Justices and Legal Clarity: Analyzing the Complexity of Supreme Court Opinions
Ryan J. Owens
University of Wisconsin - Madison - Department of Political Science
University of Kentucky - Department of Political Science
June 16, 2010
Legal clarity is important to understand and measure because of its connection to the rule of law. We provide the first systematic examination of the clarity of Supreme Court opinions and discover five important results. First, certain justices systematically craft clearer opinions than others. Justices Scalia and Breyer write the clearest opinions while Justice Ginsburg consistently writes the most complex opinions. Second, ideology does not predict clarity. Third, all justices write clearer dissents than majority opinions, while minimum winning coalitions produce the clearest majority opinions. Fourth, justices across the board write clearer opinions in criminal procedure cases than in any other issue area. Finally, opinions that formally alter Court precedent render less clear law, potentially leading to a cycle of legal ambiguity.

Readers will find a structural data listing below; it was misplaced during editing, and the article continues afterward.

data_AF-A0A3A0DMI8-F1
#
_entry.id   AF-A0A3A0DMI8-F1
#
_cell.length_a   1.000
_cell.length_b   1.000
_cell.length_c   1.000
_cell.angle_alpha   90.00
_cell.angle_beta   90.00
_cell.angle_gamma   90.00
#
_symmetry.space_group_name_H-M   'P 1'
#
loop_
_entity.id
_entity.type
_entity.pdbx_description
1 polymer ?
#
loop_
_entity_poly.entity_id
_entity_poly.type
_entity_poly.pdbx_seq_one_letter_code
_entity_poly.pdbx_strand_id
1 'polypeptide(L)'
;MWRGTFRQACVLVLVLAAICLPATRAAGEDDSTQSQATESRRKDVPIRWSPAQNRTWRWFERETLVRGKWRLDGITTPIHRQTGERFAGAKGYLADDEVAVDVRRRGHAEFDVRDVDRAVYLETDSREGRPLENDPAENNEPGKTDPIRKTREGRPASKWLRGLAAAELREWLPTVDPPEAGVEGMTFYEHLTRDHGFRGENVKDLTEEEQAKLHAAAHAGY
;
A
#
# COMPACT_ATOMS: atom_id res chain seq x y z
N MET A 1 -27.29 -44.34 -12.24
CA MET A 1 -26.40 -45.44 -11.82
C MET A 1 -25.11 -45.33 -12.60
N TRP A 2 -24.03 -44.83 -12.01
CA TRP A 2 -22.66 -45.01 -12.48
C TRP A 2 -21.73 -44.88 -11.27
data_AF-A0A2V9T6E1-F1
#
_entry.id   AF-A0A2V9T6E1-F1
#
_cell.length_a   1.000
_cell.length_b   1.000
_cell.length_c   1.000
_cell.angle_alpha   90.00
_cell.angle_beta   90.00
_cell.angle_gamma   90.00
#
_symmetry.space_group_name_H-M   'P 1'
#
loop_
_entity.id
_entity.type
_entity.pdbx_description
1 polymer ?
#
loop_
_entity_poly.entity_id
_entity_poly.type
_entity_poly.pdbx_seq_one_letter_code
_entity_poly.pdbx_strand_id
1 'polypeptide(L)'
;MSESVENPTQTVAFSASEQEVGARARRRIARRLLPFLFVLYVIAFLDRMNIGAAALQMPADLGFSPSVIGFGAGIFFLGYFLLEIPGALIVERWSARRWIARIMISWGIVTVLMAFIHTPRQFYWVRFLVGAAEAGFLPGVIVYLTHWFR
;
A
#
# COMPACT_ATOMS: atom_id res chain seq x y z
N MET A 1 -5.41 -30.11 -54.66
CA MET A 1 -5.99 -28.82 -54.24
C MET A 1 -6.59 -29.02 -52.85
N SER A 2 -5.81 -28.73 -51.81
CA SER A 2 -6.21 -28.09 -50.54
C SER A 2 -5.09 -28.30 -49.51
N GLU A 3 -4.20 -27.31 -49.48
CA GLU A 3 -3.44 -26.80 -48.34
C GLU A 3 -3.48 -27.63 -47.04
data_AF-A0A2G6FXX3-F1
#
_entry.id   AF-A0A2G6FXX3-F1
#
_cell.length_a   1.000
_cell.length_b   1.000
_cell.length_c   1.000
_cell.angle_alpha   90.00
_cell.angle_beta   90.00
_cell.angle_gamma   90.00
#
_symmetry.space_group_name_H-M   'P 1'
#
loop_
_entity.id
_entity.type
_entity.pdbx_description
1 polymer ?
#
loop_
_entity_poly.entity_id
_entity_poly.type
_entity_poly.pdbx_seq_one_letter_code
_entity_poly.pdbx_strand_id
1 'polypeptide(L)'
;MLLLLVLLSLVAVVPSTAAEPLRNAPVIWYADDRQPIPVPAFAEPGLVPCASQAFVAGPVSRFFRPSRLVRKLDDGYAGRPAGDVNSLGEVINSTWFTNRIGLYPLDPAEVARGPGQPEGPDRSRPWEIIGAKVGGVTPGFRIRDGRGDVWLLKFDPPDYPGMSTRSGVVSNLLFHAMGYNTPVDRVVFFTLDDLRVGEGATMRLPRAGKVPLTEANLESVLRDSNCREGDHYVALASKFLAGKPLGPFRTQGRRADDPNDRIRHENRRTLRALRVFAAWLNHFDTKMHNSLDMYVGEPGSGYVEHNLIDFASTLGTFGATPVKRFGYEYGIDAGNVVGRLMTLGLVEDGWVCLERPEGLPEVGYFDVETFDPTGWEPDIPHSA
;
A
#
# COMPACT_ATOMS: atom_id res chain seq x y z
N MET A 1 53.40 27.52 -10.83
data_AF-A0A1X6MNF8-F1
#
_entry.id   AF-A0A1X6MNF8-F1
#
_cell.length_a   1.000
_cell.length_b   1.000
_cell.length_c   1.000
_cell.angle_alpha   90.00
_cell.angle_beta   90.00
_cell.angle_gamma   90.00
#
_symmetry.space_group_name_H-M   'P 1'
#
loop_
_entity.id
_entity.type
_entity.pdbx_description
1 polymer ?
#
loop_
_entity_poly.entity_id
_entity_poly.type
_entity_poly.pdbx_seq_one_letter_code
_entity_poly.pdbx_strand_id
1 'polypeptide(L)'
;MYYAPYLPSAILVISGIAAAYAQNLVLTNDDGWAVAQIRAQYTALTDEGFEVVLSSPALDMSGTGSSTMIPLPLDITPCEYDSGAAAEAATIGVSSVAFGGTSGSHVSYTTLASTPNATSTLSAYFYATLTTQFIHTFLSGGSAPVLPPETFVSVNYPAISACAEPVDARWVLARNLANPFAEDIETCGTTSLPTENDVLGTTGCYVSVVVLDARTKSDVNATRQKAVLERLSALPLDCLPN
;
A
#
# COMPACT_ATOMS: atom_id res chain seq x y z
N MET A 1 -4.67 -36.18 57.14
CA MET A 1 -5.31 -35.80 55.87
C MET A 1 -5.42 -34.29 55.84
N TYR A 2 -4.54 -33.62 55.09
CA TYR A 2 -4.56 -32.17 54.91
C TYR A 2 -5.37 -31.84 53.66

Number of Pages in PDF File: 44
Keywords: Supreme Court, opinion clarity, opinion complexity, legal rules, legal standards, cognitive complexity, justices, opinion writing, opinion draft, rule of lawworking papers series
Date posted: October 24, 2010
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